In the UK, decisions on the level of protection required now rest with each department's Chief Information Risk Officer. This can't be easy: getting it wrong risks not only unintentionally releasing sensitive information and Information Commissioner's Office attention but, potentially, substantial fines to be paid from an already stretched department budget.

While protecting information is recognised as being important, it often must compete for funding with other priorities such as using G-Cloud or adoption of Government as a Platform. But the two aren't mutually exclusive. With information held in the cloud, data aggregation requires more security, not less, and that it does not necessarily come at a high price.

Buying security on tightened purse strings

More security doesn't have to mean most costs if investment is strategic. Many departments fall in the trap of merely contacting their current suppliers when buying new services: seeking quick savings or extensions at lower process to avoid new suppliers' initial set-up costs.

They should, instead, communicate more widely their broader expectations. Can cyber security risks be managed differently? Are savings possible by taking a fresh look at the end-to-end service rather just components? This will ensure they receive a comprehensive package for their needs, rather than buying numerous bolt-ons, where they may end up paying for services they don't want or need.

Public sector CIOs must also ask themselves if services within current contracts could be delivered more efficiently (and cheaper) by a third party. Web and email boundary protection (or gateways) can now be procured separately as a service, allowing longer-term contracts to be re-competed without the security components that have hitherto only been available as part of a larger contract.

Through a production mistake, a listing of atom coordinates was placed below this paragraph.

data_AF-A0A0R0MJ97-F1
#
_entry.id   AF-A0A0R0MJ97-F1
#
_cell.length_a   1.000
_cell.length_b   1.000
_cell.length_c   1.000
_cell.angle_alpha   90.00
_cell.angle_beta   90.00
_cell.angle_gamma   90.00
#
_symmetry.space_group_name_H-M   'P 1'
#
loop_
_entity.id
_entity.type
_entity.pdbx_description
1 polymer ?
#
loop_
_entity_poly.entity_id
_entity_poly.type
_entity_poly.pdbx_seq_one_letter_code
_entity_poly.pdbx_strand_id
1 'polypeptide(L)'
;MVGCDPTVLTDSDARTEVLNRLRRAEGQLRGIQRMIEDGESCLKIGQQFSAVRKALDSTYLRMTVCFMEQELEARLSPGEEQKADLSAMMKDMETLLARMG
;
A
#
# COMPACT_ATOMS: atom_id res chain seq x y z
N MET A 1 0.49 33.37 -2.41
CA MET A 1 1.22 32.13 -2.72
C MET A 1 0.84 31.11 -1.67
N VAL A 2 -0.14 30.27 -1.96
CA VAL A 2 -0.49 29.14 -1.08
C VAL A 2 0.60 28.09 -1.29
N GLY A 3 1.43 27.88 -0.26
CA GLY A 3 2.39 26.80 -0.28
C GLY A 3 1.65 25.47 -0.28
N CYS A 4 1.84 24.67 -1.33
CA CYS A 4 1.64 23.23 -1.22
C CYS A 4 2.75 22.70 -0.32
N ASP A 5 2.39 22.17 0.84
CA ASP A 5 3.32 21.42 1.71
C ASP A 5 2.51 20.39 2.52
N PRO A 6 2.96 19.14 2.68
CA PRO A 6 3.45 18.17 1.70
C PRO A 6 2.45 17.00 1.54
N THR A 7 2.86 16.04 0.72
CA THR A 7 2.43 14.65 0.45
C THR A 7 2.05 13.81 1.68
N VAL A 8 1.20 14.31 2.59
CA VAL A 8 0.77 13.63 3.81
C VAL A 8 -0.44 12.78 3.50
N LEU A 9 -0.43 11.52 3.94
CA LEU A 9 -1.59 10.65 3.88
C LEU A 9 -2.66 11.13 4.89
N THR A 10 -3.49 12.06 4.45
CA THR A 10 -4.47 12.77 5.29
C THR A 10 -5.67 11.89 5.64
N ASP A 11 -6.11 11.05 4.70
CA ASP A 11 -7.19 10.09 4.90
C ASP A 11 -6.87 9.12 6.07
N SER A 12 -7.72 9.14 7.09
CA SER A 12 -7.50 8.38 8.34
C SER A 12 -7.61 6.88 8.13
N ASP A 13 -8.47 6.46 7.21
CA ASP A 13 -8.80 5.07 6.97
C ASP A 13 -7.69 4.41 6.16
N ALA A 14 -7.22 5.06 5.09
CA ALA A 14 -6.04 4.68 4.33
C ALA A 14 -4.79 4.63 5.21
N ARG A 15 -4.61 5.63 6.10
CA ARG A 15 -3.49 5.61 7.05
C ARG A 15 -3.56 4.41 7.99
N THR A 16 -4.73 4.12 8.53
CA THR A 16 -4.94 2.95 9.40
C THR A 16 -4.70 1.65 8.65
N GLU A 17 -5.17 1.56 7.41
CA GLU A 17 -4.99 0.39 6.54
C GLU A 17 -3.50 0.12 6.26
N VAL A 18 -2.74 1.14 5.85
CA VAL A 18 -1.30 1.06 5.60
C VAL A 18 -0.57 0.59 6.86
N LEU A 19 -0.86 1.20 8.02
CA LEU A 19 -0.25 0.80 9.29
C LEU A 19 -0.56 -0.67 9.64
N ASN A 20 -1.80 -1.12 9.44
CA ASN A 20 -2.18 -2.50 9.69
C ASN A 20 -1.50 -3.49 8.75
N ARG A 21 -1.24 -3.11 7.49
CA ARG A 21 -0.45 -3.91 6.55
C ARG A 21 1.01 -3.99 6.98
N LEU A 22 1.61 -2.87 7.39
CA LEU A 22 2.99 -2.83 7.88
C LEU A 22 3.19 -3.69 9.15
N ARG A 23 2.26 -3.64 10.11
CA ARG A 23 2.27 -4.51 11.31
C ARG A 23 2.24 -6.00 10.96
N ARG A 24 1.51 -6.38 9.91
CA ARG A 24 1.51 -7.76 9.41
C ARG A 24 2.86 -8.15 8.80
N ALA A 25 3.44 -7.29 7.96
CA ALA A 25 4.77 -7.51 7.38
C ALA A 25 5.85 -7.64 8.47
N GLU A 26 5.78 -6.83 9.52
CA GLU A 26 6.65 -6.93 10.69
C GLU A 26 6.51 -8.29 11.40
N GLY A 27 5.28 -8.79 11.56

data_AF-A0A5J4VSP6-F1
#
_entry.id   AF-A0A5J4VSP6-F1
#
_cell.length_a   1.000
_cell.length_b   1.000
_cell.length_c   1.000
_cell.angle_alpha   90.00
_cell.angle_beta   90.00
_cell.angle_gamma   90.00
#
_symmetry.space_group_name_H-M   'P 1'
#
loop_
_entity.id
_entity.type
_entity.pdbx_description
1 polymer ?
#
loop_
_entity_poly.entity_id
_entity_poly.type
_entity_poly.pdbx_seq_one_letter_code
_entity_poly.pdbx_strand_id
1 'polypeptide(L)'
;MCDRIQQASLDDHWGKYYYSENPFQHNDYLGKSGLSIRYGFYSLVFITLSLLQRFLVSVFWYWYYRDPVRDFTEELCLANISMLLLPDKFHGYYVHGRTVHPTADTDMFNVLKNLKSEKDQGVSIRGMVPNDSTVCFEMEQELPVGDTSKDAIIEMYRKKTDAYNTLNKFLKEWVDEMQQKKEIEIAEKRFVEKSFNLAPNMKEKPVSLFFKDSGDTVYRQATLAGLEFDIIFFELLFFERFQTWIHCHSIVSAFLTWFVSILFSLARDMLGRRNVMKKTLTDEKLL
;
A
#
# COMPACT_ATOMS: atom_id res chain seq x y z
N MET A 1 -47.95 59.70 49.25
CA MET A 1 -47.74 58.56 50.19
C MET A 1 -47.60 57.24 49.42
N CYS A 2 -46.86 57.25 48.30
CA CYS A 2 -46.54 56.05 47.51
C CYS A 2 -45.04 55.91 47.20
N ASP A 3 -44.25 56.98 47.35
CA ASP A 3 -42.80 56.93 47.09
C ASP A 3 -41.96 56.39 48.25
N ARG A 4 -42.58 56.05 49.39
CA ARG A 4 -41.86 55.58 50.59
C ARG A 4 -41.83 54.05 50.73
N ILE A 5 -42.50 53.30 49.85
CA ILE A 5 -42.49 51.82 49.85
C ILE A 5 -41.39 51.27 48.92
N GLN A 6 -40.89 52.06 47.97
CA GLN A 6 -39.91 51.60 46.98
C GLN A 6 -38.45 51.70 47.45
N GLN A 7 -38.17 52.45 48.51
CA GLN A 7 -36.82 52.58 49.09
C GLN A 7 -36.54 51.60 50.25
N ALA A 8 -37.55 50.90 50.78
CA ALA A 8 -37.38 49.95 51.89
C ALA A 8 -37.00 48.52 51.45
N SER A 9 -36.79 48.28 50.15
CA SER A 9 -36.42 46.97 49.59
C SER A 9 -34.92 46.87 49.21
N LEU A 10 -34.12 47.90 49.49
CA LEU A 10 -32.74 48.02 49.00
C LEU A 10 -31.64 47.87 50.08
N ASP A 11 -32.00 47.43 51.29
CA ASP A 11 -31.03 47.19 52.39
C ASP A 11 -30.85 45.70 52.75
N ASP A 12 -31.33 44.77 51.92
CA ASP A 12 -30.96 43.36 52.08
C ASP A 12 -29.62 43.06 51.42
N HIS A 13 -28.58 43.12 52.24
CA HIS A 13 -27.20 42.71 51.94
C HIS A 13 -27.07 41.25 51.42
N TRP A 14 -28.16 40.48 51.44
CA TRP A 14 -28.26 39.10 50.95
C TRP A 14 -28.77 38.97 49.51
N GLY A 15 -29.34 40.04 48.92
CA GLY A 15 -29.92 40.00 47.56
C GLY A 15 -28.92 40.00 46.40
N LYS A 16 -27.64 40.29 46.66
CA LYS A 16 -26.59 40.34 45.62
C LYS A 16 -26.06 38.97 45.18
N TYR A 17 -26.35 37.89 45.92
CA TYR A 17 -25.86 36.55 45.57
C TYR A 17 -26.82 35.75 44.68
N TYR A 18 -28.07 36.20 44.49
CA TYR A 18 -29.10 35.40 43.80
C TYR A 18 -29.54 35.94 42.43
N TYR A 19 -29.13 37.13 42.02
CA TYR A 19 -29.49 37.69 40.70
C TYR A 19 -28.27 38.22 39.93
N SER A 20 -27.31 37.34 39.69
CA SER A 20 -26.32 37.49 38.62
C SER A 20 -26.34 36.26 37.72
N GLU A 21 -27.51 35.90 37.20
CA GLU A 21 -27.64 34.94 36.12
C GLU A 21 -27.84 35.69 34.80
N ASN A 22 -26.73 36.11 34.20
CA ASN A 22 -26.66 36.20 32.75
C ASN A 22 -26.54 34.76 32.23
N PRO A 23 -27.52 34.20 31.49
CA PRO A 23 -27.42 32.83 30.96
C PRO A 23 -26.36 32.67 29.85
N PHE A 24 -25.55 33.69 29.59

The public sector must also broadly consider if each department's requirements are really unique. Not knowing what is being built elsewhere will only prevent CIOs from exploiting other public sector department investments. Scaling-up an existing service can be cheaper and easier for suppliers, rather than building another similar design. Services can be transitioned sooner too, making savings for both parties.

Finally, it is widely reported that many staff in IT departments lack confidence in using both the G-Cloud procurement framework and cloud computing platforms. Worries over security are proving to be a barrier to adoption. But some cloud providers are now making the use of trusted remote access by IT departments possible, utilising the internet, accredited gateways and existing PSN connectivity.

There's no doubt that the public sector has had an unsettled start to the year for procuring IT services. But with the cyber threat demonstrating its potential across the pond, CIOs and IT directors must not compromise security and become merely an expensive, inefficient bolt on.

Strategic security investments can save time, stress and money. So, with business as usual, public sector IT decision makers must move on from the year's uncertain beginning and make sensible, strategic decisions to ensure that the 'security afterthought' doesn't become a 'security aftermath'.

Phil Davies is Director, Network & Infrastructure Systems at Thales UK